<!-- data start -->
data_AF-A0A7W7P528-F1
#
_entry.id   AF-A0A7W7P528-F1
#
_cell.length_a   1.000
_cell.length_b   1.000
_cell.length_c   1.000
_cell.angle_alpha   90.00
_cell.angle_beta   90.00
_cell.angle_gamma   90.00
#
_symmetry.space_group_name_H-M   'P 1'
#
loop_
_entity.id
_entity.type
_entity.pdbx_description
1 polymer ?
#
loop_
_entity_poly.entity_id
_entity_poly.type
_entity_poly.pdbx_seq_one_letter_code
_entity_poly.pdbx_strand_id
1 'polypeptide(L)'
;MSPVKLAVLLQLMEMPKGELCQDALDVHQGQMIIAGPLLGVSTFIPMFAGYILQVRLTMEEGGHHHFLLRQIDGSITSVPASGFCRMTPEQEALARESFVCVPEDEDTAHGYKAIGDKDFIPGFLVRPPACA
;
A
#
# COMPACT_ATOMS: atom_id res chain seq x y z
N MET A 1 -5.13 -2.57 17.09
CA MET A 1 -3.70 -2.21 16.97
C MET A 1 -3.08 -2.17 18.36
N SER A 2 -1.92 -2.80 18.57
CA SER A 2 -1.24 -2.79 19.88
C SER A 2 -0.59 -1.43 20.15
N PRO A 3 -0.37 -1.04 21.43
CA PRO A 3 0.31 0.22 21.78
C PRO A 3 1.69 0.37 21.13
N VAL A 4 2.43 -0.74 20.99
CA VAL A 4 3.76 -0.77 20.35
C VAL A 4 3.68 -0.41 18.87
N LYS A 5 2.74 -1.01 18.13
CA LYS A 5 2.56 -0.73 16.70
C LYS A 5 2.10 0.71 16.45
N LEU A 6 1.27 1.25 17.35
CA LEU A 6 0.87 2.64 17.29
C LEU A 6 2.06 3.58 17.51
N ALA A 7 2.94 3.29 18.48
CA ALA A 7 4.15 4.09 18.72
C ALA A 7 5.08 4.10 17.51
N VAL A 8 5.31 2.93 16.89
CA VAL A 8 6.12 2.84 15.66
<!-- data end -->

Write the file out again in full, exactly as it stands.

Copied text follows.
data_AF-A0A7W7P528-F1
#
_entry.id   AF-A0A7W7P528-F1
#
_cell.length_a   1.000
_cell.length_b   1.000
_cell.length_c   1.000
_cell.angle_alpha   90.00
_cell.angle_beta   90.00
_cell.angle_gamma   90.00
#
_symmetry.space_group_name_H-M   'P 1'
#
loop_
_entity.id
_entity.type
_entity.pdbx_description
1 polymer ?
#
loop_
_entity_poly.entity_id
_entity_poly.type
_entity_poly.pdbx_seq_one_letter_code
_entity_poly.pdbx_strand_id
1 'polypeptide(L)'
;MSPVKLAVLLQLMEMPKGELCQDALDVHQGQMIIAGPLLGVSTFIPMFAGYILQVRLTMEEGGHHHFLLRQIDGSITSVPASGFCRMTPEQEALARESFVCVPEDEDTAHGYKAIGDKDFIPGFLVRPPACA
;
A
#
# COMPACT_ATOMS: atom_id res chain seq x y z
N MET A 1 -5.13 -2.57 17.09
CA MET A 1 -3.70 -2.21 16.97
C MET A 1 -3.08 -2.17 18.36
N SER A 2 -1.92 -2.80 18.57
CA SER A 2 -1.24 -2.79 19.88
C SER A 2 -0.59 -1.43 20.15
N PRO A 3 -0.37 -1.04 21.43
CA PRO A 3 0.31 0.22 21.78
C PRO A 3 1.69 0.37 21.13
N VAL A 4 2.43 -0.74 20.99
CA VAL A 4 3.76 -0.77 20.35
C VAL A 4 3.68 -0.41 18.87
N LYS A 5 2.74 -1.01 18.13
CA LYS A 5 2.56 -0.73 16.70
C LYS A 5 2.10 0.71 16.45
N LEU A 6 1.27 1.25 17.35
CA LEU A 6 0.87 2.64 17.29
C LEU A 6 2.06 3.58 17.51
N ALA A 7 2.94 3.29 18.48
CA ALA A 7 4.15 4.09 18.72
C ALA A 7 5.08 4.10 17.51
N VAL A 8 5.31 2.93 16.89
CA VAL A 8 6.12 2.84 15.66